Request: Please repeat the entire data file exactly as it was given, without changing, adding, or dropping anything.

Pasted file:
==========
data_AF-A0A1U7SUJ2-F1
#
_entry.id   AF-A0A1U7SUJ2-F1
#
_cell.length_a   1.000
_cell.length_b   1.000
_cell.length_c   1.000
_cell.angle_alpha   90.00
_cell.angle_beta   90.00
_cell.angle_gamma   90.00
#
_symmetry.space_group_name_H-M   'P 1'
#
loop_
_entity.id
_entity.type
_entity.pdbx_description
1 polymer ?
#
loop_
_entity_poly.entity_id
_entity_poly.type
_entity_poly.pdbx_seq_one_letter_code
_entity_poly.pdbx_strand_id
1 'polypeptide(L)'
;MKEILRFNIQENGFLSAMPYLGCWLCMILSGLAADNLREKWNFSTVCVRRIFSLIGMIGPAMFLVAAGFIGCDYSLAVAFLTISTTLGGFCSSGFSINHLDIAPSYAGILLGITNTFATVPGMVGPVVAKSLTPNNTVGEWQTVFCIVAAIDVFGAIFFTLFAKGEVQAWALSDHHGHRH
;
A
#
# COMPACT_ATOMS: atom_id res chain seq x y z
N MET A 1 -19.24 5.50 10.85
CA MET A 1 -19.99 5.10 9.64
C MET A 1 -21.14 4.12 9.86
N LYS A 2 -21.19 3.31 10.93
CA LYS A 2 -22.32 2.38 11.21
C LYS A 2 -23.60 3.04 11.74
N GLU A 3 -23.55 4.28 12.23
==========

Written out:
data_AF-A0A1U7SUJ2-F1
#
_entry.id   AF-A0A1U7SUJ2-F1
#
_cell.length_a   1.000
_cell.length_b   1.000
_cell.length_c   1.000
_cell.angle_alpha   90.00
_cell.angle_beta   90.00
_cell.angle_gamma   90.00
#
_symmetry.space_group_name_H-M   'P 1'
#
loop_
_entity.id
_entity.type
_entity.pdbx_description
1 polymer ?
#
loop_
_entity_poly.entity_id
_entity_poly.type
_entity_poly.pdbx_seq_one_letter_code
_entity_poly.pdbx_strand_id
1 'polypeptide(L)'
;MKEILRFNIQENGFLSAMPYLGCWLCMILSGLAADNLREKWNFSTVCVRRIFSLIGMIGPAMFLVAAGFIGCDYSLAVAFLTISTTLGGFCSSGFSINHLDIAPSYAGILLGITNTFATVPGMVGPVVAKSLTPNNTVGEWQTVFCIVAAIDVFGAIFFTLFAKGEVQAWALSDHHGHRH
;
A
#
# COMPACT_ATOMS: atom_id res chain seq x y z
N MET A 1 -19.24 5.50 10.85
CA MET A 1 -19.99 5.10 9.64
C MET A 1 -21.14 4.12 9.86
N LYS A 2 -21.19 3.31 10.93
CA LYS A 2 -22.32 2.38 11.21
C LYS A 2 -23.60 3.04 11.74
N GLU A 3 -23.55 4.28 12.23